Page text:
|US7494326||Jan 27, 2004||Feb 24, 2009||Honeywell International Inc.||Micro ion pump|
|US7502109||May 16, 2006||Mar 10, 2009||Honeywell International Inc.||Optical micro-spectrometer|
|US7530257||Apr 21, 2004||May 12, 2009||Honeywell International Inc.||Phased micro analyzer VIII|
|US7578167||May 16, 2006||Aug 25, 2009||Honeywell International Inc.||Three-wafer channel structure for a fluid analyzer|
|US7634936||Feb 14, 2007||Dec 22, 2009||Uti Limited Partnership||Method and system for sampling dissolved gas|
|US7779671||Dec 3, 2008||Aug 24, 2010||Honeywell International Inc.||Phased micro analyzer VIII|
|US8545580||Mar 5, 2012||Oct 1, 2013||Honeywell International Inc.||Chemically-modified mixed fuels, methods of production and uses thereof|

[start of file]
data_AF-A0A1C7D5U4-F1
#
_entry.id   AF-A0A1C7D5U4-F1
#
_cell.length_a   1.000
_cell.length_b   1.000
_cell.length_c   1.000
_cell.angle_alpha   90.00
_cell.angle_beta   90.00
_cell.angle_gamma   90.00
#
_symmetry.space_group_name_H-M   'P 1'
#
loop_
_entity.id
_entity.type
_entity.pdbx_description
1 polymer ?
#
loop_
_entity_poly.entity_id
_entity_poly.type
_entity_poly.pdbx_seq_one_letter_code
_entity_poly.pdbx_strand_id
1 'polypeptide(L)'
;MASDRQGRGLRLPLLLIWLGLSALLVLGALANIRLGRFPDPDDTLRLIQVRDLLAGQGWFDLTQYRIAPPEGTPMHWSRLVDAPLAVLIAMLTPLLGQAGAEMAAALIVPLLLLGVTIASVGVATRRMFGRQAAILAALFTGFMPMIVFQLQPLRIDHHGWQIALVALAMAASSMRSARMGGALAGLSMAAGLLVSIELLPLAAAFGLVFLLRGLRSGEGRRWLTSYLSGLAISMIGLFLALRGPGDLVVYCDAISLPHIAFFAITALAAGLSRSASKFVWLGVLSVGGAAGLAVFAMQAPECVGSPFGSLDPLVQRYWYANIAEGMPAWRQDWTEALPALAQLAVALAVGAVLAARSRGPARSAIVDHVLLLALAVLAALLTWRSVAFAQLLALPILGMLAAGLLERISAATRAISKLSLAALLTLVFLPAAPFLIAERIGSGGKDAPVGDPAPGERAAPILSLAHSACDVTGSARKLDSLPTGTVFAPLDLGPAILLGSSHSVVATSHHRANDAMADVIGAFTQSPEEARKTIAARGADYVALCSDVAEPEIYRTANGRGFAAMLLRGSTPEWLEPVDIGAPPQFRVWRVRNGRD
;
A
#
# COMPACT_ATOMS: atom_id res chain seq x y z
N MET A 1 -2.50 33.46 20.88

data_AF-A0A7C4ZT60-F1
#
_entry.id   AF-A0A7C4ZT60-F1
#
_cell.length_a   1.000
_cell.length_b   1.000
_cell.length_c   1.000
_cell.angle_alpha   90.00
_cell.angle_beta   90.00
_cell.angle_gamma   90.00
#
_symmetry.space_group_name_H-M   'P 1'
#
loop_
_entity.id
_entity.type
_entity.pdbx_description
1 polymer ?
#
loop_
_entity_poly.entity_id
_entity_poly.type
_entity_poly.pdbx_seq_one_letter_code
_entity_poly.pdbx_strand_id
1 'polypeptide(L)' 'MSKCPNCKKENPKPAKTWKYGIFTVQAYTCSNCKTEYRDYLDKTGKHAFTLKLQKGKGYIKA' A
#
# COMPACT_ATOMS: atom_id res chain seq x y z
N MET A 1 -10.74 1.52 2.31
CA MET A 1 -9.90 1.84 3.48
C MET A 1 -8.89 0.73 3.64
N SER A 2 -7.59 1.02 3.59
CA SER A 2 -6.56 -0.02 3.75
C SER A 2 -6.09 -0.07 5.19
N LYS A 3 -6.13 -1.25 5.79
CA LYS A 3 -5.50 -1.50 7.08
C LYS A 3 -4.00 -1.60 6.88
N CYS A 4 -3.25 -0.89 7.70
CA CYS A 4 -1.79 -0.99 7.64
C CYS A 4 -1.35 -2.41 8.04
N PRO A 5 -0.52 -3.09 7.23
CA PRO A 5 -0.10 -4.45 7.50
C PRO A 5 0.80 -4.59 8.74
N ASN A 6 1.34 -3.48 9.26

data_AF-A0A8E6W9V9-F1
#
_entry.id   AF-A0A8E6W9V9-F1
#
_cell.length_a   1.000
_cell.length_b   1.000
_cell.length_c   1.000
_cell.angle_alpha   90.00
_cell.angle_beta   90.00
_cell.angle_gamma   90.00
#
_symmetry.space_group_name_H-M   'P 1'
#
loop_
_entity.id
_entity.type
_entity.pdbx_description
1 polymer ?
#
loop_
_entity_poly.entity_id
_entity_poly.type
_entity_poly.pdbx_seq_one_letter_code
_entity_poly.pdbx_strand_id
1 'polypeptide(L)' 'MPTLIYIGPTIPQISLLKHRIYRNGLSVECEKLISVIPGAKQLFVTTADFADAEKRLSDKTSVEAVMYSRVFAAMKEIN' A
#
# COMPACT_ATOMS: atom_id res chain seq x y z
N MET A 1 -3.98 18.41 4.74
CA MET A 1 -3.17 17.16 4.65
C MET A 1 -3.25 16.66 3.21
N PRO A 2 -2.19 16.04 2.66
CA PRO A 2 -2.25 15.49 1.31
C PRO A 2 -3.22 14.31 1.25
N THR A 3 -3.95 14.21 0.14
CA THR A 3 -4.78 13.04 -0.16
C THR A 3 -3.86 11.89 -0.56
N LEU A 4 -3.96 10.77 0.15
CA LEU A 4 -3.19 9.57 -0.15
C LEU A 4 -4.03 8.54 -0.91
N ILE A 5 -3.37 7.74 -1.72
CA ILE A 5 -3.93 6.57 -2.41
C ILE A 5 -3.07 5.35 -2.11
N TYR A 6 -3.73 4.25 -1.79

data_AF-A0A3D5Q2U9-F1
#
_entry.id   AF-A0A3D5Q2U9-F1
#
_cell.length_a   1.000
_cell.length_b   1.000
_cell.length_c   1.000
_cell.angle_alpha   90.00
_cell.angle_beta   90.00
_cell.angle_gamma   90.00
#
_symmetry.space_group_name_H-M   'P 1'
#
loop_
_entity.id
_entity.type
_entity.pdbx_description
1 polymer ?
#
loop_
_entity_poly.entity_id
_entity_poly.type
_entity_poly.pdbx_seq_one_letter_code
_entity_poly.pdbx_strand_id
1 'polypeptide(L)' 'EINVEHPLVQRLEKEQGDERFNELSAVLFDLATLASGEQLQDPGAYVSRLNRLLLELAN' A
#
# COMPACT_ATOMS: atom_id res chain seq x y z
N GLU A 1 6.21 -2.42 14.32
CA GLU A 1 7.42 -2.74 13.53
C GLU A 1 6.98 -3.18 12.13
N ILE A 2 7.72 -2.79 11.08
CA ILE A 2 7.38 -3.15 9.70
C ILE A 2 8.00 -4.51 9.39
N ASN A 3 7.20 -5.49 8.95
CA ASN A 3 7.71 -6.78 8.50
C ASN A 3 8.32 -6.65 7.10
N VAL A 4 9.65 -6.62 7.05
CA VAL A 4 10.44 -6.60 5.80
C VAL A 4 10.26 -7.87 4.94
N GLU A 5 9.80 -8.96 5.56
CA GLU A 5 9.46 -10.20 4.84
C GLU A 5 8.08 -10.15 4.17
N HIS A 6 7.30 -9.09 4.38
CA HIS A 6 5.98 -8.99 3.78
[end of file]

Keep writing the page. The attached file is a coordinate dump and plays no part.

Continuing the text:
|US8980802||Aug 21, 2013||Mar 17, 2015||Honeywell International Inc.||Chemically-modified mixed fuels, methods of production and uses thereof|
|US9029028||May 23, 2011||May 12, 2015||Honeywell International Inc.||Hydrogen and electrical power generator|
|US9297725 *||Jun 29, 2012||Mar 29, 2016||Korea Institute Of Geoscience And Mineral Resources||Apparatus for extracting, analyzing, and storing gas in drilled core on ship|
|US20030162303 *||Feb 22, 2002||Aug 28, 2003||Soni Bhupendra K.||Zero headspace extractor and method for determining partitioning and contaminant release rates of volatile and semi-volatile compounds|
|US20030170909 *||Sep 10, 2002||Sep 11, 2003||Schaumloffel John C.||Solid phase environmental sampler|
|US20040129057 *||Sep 26, 2003||Jul 8, 2004||Ulrich Bonne||Phased micro analyzer II, IIA|